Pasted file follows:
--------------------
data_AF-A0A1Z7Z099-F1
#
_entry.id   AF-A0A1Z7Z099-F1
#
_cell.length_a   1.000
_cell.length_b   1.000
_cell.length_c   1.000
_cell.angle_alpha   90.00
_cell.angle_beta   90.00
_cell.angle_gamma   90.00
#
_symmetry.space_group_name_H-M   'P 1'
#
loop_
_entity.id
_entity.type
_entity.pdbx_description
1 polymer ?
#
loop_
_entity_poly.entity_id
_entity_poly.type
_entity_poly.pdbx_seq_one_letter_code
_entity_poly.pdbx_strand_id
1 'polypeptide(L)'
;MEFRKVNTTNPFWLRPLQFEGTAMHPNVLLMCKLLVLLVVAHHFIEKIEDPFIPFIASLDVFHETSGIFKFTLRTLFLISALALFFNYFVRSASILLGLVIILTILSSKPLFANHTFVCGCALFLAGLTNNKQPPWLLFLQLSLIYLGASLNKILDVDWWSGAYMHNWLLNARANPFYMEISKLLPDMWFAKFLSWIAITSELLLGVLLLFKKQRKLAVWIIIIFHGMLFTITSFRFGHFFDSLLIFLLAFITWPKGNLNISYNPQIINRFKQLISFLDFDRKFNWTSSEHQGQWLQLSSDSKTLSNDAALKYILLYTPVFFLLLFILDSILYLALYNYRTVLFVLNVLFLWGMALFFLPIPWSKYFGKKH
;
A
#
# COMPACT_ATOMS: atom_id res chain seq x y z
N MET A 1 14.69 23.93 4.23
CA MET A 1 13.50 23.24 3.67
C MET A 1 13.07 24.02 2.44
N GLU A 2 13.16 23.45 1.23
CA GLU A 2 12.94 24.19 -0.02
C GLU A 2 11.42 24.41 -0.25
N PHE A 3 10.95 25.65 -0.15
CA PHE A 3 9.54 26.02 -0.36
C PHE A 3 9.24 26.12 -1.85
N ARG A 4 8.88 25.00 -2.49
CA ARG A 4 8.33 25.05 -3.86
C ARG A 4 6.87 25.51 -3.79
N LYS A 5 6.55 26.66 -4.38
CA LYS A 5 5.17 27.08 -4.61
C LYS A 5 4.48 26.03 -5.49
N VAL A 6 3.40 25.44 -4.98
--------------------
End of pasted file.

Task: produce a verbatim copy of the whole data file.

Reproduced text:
data_AF-A0A1Z7Z099-F1
#
_entry.id   AF-A0A1Z7Z099-F1
#
_cell.length_a   1.000
_cell.length_b   1.000
_cell.length_c   1.000
_cell.angle_alpha   90.00
_cell.angle_beta   90.00
_cell.angle_gamma   90.00
#
_symmetry.space_group_name_H-M   'P 1'
#
loop_
_entity.id
_entity.type
_entity.pdbx_description
1 polymer ?
#
loop_
_entity_poly.entity_id
_entity_poly.type
_entity_poly.pdbx_seq_one_letter_code
_entity_poly.pdbx_strand_id
1 'polypeptide(L)'
;MEFRKVNTTNPFWLRPLQFEGTAMHPNVLLMCKLLVLLVVAHHFIEKIEDPFIPFIASLDVFHETSGIFKFTLRTLFLISALALFFNYFVRSASILLGLVIILTILSSKPLFANHTFVCGCALFLAGLTNNKQPPWLLFLQLSLIYLGASLNKILDVDWWSGAYMHNWLLNARANPFYMEISKLLPDMWFAKFLSWIAITSELLLGVLLLFKKQRKLAVWIIIIFHGMLFTITSFRFGHFFDSLLIFLLAFITWPKGNLNISYNPQIINRFKQLISFLDFDRKFNWTSSEHQGQWLQLSSDSKTLSNDAALKYILLYTPVFFLLLFILDSILYLALYNYRTVLFVLNVLFLWGMALFFLPIPWSKYFGKKH
;
A
#
# COMPACT_ATOMS: atom_id res chain seq x y z
N MET A 1 14.69 23.93 4.23
CA MET A 1 13.50 23.24 3.67
C MET A 1 13.07 24.02 2.44
N GLU A 2 13.16 23.45 1.23
CA GLU A 2 12.94 24.19 -0.02
C GLU A 2 11.42 24.41 -0.25
N PHE A 3 10.95 25.65 -0.15
CA PHE A 3 9.54 26.02 -0.36
C PHE A 3 9.24 26.12 -1.85
N ARG A 4 8.88 25.00 -2.49
CA ARG A 4 8.33 25.05 -3.86
C ARG A 4 6.87 25.51 -3.79
N LYS A 5 6.55 26.66 -4.38
CA LYS A 5 5.17 27.08 -4.61
C LYS A 5 4.48 26.03 -5.49
N VAL A 6 3.40 25.44 -4.98